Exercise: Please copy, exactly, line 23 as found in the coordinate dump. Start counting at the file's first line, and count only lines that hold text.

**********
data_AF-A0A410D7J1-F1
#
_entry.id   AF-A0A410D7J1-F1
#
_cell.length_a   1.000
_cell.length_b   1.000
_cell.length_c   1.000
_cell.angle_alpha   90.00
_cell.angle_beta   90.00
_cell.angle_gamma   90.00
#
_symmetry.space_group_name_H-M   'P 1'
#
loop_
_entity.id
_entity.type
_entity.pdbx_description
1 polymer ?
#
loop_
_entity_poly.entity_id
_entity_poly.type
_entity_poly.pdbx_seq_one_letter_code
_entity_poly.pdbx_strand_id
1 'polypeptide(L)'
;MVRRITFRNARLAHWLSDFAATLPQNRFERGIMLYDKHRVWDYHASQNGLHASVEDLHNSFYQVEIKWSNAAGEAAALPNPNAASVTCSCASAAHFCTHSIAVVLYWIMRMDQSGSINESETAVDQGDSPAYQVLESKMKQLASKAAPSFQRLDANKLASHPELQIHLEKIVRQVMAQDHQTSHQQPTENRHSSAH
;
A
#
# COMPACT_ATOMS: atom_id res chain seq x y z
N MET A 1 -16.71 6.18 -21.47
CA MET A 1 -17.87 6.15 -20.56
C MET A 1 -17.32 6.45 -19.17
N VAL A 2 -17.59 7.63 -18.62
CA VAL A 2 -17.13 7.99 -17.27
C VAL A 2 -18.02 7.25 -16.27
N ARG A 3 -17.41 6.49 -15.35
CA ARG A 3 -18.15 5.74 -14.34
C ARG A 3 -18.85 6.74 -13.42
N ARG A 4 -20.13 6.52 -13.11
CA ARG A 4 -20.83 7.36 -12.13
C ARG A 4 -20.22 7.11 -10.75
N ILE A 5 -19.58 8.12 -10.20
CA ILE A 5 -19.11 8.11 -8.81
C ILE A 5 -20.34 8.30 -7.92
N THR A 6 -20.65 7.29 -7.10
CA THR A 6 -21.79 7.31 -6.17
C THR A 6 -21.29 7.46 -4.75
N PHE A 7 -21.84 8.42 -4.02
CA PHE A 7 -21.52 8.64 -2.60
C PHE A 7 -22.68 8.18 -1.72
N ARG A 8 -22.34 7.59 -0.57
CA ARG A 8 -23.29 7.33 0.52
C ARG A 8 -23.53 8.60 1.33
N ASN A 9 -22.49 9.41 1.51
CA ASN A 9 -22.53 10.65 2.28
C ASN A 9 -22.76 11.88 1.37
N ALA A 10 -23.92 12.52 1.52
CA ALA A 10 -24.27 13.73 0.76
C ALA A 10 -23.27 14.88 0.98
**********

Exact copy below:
_entity_poly.pdbx_seq_one_letter_code